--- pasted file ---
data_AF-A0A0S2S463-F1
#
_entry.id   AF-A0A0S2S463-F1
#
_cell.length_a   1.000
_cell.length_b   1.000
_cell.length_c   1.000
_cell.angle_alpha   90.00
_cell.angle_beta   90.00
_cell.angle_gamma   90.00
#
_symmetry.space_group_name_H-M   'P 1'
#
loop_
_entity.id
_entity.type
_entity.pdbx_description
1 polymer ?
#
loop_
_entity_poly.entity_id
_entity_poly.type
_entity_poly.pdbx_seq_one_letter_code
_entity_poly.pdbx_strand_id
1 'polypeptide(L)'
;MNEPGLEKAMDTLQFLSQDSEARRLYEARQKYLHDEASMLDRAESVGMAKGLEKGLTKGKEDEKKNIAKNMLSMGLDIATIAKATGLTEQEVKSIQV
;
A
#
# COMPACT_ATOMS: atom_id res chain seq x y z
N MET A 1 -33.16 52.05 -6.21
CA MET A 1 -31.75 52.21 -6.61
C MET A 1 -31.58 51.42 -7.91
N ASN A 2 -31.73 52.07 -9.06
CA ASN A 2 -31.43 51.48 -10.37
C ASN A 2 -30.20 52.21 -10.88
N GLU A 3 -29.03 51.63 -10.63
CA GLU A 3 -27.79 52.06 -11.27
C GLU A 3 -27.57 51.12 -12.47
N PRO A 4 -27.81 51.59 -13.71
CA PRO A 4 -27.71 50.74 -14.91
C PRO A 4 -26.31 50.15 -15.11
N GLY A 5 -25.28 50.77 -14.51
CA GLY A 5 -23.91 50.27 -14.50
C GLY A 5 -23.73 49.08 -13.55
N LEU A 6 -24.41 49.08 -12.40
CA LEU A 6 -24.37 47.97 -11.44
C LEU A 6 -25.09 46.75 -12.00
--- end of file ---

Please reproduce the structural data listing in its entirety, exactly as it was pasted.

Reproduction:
data_AF-A0A0S2S463-F1
#
_entry.id   AF-A0A0S2S463-F1
#
_cell.length_a   1.000
_cell.length_b   1.000
_cell.length_c   1.000
_cell.angle_alpha   90.00
_cell.angle_beta   90.00
_cell.angle_gamma   90.00
#
_symmetry.space_group_name_H-M   'P 1'
#
loop_
_entity.id
_entity.type
_entity.pdbx_description
1 polymer ?
#
loop_
_entity_poly.entity_id
_entity_poly.type
_entity_poly.pdbx_seq_one_letter_code
_entity_poly.pdbx_strand_id
1 'polypeptide(L)'
;MNEPGLEKAMDTLQFLSQDSEARRLYEARQKYLHDEASMLDRAESVGMAKGLEKGLTKGKEDEKKNIAKNMLSMGLDIATIAKATGLTEQEVKSIQV
;
A
#
# COMPACT_ATOMS: atom_id res chain seq x y z
N MET A 1 -33.16 52.05 -6.21
CA MET A 1 -31.75 52.21 -6.61
C MET A 1 -31.58 51.42 -7.91
N ASN A 2 -31.73 52.07 -9.06
CA ASN A 2 -31.43 51.48 -10.37
C ASN A 2 -30.20 52.21 -10.88
N GLU A 3 -29.03 51.63 -10.63
CA GLU A 3 -27.79 52.06 -11.27
C GLU A 3 -27.57 51.12 -12.47
N PRO A 4 -27.81 51.59 -13.71
CA PRO A 4 -27.71 50.74 -14.91
C PRO A 4 -26.31 50.15 -15.11
N GLY A 5 -25.28 50.77 -14.51
CA GLY A 5 -23.91 50.27 -14.50
C GLY A 5 -23.73 49.08 -13.55
N LEU A 6 -24.41 49.08 -12.40
CA LEU A 6 -24.37 47.97 -11.44
C LEU A 6 -25.09 46.75 -12.00